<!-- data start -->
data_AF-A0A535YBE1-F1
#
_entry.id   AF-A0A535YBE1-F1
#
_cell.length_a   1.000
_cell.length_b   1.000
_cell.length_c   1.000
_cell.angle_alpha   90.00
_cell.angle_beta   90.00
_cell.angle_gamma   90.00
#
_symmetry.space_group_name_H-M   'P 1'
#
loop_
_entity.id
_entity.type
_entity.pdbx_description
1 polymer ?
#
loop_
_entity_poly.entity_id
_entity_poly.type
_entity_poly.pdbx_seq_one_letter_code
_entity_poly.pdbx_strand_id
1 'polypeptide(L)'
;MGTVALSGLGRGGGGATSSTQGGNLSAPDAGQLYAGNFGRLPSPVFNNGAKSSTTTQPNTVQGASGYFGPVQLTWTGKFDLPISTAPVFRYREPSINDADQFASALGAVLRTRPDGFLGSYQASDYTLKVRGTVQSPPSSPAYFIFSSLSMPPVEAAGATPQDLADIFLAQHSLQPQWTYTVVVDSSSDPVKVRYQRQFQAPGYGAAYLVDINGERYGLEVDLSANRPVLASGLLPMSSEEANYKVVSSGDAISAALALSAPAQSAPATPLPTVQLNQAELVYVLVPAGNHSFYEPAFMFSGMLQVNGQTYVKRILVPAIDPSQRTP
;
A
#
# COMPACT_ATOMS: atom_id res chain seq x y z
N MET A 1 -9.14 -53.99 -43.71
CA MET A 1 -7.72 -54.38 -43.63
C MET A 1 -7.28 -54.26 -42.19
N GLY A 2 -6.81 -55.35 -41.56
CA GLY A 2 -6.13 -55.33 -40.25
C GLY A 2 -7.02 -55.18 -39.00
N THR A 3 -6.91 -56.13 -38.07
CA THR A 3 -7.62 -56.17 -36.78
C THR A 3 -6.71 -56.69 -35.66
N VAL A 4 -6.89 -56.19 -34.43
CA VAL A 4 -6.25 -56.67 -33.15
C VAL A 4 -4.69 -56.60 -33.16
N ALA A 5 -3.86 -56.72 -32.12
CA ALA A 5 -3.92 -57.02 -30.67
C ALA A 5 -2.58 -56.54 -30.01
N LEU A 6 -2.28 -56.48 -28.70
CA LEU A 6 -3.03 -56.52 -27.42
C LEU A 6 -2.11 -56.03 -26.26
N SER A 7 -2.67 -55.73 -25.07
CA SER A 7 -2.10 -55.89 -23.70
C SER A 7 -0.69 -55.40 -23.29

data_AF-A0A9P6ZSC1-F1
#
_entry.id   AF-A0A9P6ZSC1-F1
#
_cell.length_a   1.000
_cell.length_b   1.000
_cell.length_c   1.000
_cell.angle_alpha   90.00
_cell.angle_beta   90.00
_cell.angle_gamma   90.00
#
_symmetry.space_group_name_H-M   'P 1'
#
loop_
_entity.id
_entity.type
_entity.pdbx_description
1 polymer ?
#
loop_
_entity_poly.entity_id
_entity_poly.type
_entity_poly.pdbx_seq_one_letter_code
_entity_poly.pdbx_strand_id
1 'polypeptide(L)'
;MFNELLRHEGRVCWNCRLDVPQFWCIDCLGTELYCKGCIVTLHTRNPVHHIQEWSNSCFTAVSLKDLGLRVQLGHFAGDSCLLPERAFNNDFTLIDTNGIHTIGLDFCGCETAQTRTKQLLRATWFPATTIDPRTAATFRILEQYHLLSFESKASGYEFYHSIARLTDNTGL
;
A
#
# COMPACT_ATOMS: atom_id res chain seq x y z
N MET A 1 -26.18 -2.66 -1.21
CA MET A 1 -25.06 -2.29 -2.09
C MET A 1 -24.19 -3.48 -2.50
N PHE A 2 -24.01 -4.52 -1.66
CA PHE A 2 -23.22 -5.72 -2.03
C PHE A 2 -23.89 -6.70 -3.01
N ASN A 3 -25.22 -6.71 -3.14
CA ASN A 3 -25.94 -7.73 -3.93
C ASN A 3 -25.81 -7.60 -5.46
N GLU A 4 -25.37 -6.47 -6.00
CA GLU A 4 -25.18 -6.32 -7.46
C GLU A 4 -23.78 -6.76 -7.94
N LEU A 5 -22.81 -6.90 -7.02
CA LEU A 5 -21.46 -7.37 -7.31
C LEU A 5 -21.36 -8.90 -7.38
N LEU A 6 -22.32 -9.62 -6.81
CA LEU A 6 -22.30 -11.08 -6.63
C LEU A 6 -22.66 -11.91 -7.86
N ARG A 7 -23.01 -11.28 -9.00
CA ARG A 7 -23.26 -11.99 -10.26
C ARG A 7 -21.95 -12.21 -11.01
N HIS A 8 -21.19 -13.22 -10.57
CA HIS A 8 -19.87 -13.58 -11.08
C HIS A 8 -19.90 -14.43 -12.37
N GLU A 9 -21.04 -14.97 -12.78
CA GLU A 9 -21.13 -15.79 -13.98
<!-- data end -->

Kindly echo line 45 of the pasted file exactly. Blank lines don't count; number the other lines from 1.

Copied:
C ALA A 5 -2.58 -56.54 -30.01